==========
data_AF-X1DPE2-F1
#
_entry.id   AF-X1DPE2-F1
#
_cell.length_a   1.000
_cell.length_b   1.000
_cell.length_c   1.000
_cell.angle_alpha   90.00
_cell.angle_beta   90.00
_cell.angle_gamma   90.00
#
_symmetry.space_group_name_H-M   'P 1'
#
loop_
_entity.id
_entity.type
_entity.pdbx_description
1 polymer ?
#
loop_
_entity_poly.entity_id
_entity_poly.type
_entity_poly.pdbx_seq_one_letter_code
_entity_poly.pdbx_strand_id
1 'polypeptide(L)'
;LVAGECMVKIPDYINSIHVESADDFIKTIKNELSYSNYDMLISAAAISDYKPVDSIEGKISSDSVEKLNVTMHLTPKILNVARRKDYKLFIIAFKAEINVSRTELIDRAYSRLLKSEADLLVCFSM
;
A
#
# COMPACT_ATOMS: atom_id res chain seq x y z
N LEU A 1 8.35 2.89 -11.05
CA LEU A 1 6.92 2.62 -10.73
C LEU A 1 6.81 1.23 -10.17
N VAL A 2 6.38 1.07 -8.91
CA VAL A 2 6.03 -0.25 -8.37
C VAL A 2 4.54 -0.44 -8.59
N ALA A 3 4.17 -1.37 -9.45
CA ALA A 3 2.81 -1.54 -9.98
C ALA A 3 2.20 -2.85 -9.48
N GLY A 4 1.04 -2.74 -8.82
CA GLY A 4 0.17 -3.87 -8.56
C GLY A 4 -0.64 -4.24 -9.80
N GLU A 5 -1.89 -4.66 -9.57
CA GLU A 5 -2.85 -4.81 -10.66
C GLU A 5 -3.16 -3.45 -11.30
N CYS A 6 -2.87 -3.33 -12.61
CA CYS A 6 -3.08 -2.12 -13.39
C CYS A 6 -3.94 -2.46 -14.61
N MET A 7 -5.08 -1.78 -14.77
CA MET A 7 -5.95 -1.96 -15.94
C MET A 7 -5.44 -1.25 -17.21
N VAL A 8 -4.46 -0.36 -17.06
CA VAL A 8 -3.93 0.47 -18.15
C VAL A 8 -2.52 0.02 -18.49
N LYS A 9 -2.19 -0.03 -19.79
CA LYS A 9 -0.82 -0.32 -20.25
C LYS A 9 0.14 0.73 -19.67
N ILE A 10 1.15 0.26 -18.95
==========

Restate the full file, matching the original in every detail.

data_AF-X1DPE2-F1
#
_entry.id   AF-X1DPE2-F1
#
_cell.length_a   1.000
_cell.length_b   1.000
_cell.length_c   1.000
_cell.angle_alpha   90.00
_cell.angle_beta   90.00
_cell.angle_gamma   90.00
#
_symmetry.space_group_name_H-M   'P 1'
#
loop_
_entity.id
_entity.type
_entity.pdbx_description
1 polymer ?
#
loop_
_entity_poly.entity_id
_entity_poly.type
_entity_poly.pdbx_seq_one_letter_code
_entity_poly.pdbx_strand_id
1 'polypeptide(L)'
;LVAGECMVKIPDYINSIHVESADDFIKTIKNELSYSNYDMLISAAAISDYKPVDSIEGKISSDSVEKLNVTMHLTPKILNVARRKDYKLFIIAFKAEINVSRTELIDRAYSRLLKSEADLLVCFSM
;
A
#
# COMPACT_ATOMS: atom_id res chain seq x y z
N LEU A 1 8.35 2.89 -11.05
CA LEU A 1 6.92 2.62 -10.73
C LEU A 1 6.81 1.23 -10.17
N VAL A 2 6.38 1.07 -8.91
CA VAL A 2 6.03 -0.25 -8.37
C VAL A 2 4.54 -0.44 -8.59
N ALA A 3 4.17 -1.37 -9.45
CA ALA A 3 2.81 -1.54 -9.98
C ALA A 3 2.20 -2.85 -9.48
N GLY A 4 1.04 -2.74 -8.82
CA GLY A 4 0.17 -3.87 -8.56
C GLY A 4 -0.64 -4.24 -9.80
N GLU A 5 -1.89 -4.66 -9.57
CA GLU A 5 -2.85 -4.81 -10.66
C GLU A 5 -3.16 -3.45 -11.30
N CYS A 6 -2.87 -3.33 -12.61
CA CYS A 6 -3.08 -2.12 -13.39
C CYS A 6 -3.94 -2.46 -14.61
N MET A 7 -5.08 -1.78 -14.77
CA MET A 7 -5.95 -1.96 -15.94
C MET A 7 -5.44 -1.25 -17.21
N VAL A 8 -4.46 -0.36 -17.06
CA VAL A 8 -3.93 0.47 -18.15
C VAL A 8 -2.52 0.02 -18.49
N LYS A 9 -2.19 -0.03 -19.79
CA LYS A 9 -0.82 -0.32 -20.25
C LYS A 9 0.14 0.73 -19.67
N ILE A 10 1.15 0.26 -18.95